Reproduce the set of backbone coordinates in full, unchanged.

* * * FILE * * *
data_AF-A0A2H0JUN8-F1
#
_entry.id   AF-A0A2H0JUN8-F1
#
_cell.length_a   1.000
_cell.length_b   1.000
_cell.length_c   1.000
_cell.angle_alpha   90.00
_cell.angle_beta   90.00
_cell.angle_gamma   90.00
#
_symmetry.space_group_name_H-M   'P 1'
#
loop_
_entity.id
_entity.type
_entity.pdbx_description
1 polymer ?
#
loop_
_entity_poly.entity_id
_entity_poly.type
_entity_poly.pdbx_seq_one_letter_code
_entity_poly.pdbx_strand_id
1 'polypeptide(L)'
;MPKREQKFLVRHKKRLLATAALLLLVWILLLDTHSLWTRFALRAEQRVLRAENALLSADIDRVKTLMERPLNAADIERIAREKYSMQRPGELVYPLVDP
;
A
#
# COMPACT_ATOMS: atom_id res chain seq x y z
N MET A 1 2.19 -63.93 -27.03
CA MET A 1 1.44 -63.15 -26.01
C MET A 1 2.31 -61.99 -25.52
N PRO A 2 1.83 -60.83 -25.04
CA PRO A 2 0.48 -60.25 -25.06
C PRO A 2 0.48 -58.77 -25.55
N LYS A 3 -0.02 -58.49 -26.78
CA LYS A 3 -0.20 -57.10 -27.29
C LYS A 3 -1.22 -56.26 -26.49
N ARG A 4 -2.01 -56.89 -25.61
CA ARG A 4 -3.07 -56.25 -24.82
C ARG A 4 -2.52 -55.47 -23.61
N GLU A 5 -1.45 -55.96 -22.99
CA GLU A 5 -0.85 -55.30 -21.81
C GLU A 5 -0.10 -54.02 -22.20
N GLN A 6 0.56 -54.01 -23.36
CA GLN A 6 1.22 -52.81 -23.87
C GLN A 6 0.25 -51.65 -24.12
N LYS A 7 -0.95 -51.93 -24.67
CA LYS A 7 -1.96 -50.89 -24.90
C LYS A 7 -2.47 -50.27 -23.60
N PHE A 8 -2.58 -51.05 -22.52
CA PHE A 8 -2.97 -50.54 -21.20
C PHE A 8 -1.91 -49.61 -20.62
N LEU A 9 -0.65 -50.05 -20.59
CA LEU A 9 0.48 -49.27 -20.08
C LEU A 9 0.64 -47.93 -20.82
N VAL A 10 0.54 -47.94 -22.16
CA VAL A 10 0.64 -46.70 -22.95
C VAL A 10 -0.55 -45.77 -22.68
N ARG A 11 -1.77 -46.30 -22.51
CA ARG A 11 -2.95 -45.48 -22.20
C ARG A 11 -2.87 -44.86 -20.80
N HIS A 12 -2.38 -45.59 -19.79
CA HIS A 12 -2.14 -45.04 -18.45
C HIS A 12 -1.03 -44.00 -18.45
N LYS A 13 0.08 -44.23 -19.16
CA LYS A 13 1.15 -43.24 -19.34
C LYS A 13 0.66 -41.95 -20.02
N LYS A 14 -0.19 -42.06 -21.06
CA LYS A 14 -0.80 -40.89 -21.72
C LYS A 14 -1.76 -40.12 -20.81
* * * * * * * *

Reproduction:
data_AF-A0A2H0JUN8-F1
#
_entry.id   AF-A0A2H0JUN8-F1
#
_cell.length_a   1.000
_cell.length_b   1.000
_cell.length_c   1.000
_cell.angle_alpha   90.00
_cell.angle_beta   90.00
_cell.angle_gamma   90.00
#
_symmetry.space_group_name_H-M   'P 1'
#
loop_
_entity.id
_entity.type
_entity.pdbx_description
1 polymer ?
#
loop_
_entity_poly.entity_id
_entity_poly.type
_entity_poly.pdbx_seq_one_letter_code
_entity_poly.pdbx_strand_id
1 'polypeptide(L)'
;MPKREQKFLVRHKKRLLATAALLLLVWILLLDTHSLWTRFALRAEQRVLRAENALLSADIDRVKTLMERPLNAADIERIAREKYSMQRPGELVYPLVDP
;
A
#
# COMPACT_ATOMS: atom_id res chain seq x y z
N MET A 1 2.19 -63.93 -27.03
CA MET A 1 1.44 -63.15 -26.01
C MET A 1 2.31 -61.99 -25.52
N PRO A 2 1.83 -60.83 -25.04
CA PRO A 2 0.48 -60.25 -25.06
C PRO A 2 0.48 -58.77 -25.55
N LYS A 3 -0.02 -58.49 -26.78
CA LYS A 3 -0.20 -57.10 -27.29
C LYS A 3 -1.22 -56.26 -26.49
N ARG A 4 -2.01 -56.89 -25.61
CA ARG A 4 -3.07 -56.25 -24.82
C ARG A 4 -2.52 -55.47 -23.61
N GLU A 5 -1.45 -55.96 -22.99
CA GLU A 5 -0.85 -55.30 -21.81
C GLU A 5 -0.10 -54.02 -22.20
N GLN A 6 0.56 -54.01 -23.36
CA GLN A 6 1.22 -52.81 -23.87
C GLN A 6 0.25 -51.65 -24.12
N LYS A 7 -0.95 -51.93 -24.67
CA LYS A 7 -1.96 -50.89 -24.90
C LYS A 7 -2.47 -50.27 -23.60
N PHE A 8 -2.58 -51.05 -22.52
CA PHE A 8 -2.97 -50.54 -21.20
C PHE A 8 -1.91 -49.61 -20.62
N LEU A 9 -0.65 -50.05 -20.59
CA LEU A 9 0.48 -49.27 -20.08
C LEU A 9 0.64 -47.93 -20.82
N VAL A 10 0.54 -47.94 -22.16
CA VAL A 10 0.64 -46.70 -22.95
C VAL A 10 -0.55 -45.77 -22.68
N ARG A 11 -1.77 -46.30 -22.51
CA ARG A 11 -2.95 -45.48 -22.20
C ARG A 11 -2.87 -44.86 -20.80
N HIS A 12 -2.38 -45.59 -19.79
CA HIS A 12 -2.14 -45.04 -18.45
C HIS A 12 -1.03 -44.00 -18.45
N LYS A 13 0.08 -44.23 -19.16
CA LYS A 13 1.15 -43.24 -19.34
C LYS A 13 0.66 -41.95 -20.02
N LYS A 14 -0.19 -42.06 -21.06
CA LYS A 14 -0.80 -40.89 -21.72
C LYS A 14 -1.76 -40.12 -20.81